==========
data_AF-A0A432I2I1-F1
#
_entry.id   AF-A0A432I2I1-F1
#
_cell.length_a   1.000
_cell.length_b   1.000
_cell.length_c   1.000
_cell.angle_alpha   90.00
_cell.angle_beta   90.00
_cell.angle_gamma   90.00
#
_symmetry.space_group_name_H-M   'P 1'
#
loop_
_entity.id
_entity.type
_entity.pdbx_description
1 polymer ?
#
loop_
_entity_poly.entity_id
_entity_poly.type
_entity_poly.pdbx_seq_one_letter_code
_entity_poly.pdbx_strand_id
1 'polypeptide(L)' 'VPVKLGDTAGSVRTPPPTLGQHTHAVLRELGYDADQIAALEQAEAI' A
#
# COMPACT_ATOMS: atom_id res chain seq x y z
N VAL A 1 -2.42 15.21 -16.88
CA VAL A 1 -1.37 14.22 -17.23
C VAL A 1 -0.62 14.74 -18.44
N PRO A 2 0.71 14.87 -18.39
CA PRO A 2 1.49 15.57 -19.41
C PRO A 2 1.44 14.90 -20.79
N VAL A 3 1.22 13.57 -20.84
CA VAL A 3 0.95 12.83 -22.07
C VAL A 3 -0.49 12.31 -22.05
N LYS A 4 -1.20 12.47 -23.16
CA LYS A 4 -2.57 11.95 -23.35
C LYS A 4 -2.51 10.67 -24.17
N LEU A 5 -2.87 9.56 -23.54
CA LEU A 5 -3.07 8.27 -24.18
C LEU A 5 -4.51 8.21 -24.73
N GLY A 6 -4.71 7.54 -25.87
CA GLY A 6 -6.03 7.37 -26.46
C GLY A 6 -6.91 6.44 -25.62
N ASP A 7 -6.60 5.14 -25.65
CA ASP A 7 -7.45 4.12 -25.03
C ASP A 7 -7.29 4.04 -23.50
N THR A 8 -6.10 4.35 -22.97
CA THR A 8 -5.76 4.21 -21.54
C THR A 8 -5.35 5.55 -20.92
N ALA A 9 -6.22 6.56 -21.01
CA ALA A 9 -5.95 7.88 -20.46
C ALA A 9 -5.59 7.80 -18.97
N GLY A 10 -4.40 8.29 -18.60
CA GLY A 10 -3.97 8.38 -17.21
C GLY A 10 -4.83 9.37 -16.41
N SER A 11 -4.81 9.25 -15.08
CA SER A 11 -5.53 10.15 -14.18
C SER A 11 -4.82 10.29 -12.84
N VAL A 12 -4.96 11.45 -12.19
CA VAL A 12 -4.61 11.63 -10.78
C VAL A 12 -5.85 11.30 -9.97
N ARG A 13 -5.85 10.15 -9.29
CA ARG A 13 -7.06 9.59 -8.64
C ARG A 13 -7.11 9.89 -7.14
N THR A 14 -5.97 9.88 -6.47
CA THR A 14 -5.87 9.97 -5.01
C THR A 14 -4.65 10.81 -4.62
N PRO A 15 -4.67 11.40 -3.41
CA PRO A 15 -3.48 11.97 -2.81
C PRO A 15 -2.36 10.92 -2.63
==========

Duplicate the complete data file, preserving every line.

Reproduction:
data_AF-A0A432I2I1-F1
#
_entry.id   AF-A0A432I2I1-F1
#
_cell.length_a   1.000
_cell.length_b   1.000
_cell.length_c   1.000
_cell.angle_alpha   90.00
_cell.angle_beta   90.00
_cell.angle_gamma   90.00
#
_symmetry.space_group_name_H-M   'P 1'
#
loop_
_entity.id
_entity.type
_entity.pdbx_description
1 polymer ?
#
loop_
_entity_poly.entity_id
_entity_poly.type
_entity_poly.pdbx_seq_one_letter_code
_entity_poly.pdbx_strand_id
1 'polypeptide(L)' 'VPVKLGDTAGSVRTPPPTLGQHTHAVLRELGYDADQIAALEQAEAI' A
#
# COMPACT_ATOMS: atom_id res chain seq x y z
N VAL A 1 -2.42 15.21 -16.88
CA VAL A 1 -1.37 14.22 -17.23
C VAL A 1 -0.62 14.74 -18.44
N PRO A 2 0.71 14.87 -18.39
CA PRO A 2 1.49 15.57 -19.41
C PRO A 2 1.44 14.90 -20.79
N VAL A 3 1.22 13.57 -20.84
CA VAL A 3 0.95 12.83 -22.07
C VAL A 3 -0.49 12.31 -22.05
N LYS A 4 -1.20 12.47 -23.16
CA LYS A 4 -2.57 11.95 -23.35
C LYS A 4 -2.51 10.67 -24.17
N LEU A 5 -2.87 9.56 -23.54
CA LEU A 5 -3.07 8.27 -24.18
C LEU A 5 -4.51 8.21 -24.73
N GLY A 6 -4.71 7.54 -25.87
CA GLY A 6 -6.03 7.37 -26.46
C GLY A 6 -6.91 6.44 -25.62
N ASP A 7 -6.60 5.14 -25.65
CA ASP A 7 -7.45 4.12 -25.03
C ASP A 7 -7.29 4.04 -23.50
N THR A 8 -6.10 4.35 -22.97
CA THR A 8 -5.76 4.21 -21.54
C THR A 8 -5.35 5.55 -20.92
N ALA A 9 -6.22 6.56 -21.01
CA ALA A 9 -5.95 7.88 -20.46
C ALA A 9 -5.59 7.80 -18.97
N GLY A 10 -4.40 8.29 -18.60
CA GLY A 10 -3.97 8.38 -17.21
C GLY A 10 -4.83 9.37 -16.41
N SER A 11 -4.81 9.25 -15.08
CA SER A 11 -5.53 10.15 -14.18
C SER A 11 -4.82 10.29 -12.84
N VAL A 12 -4.96 11.45 -12.19
CA VAL A 12 -4.61 11.63 -10.78
C VAL A 12 -5.85 11.30 -9.97
N ARG A 13 -5.85 10.15 -9.29
CA ARG A 13 -7.06 9.59 -8.64
C ARG A 13 -7.11 9.89 -7.14
N THR A 14 -5.97 9.88 -6.47
CA THR A 14 -5.87 9.97 -5.01
C THR A 14 -4.65 10.81 -4.62
N PRO A 15 -4.67 11.40 -3.41
CA PRO A 15 -3.48 11.97 -2.81
C PRO A 15 -2.36 10.92 -2.63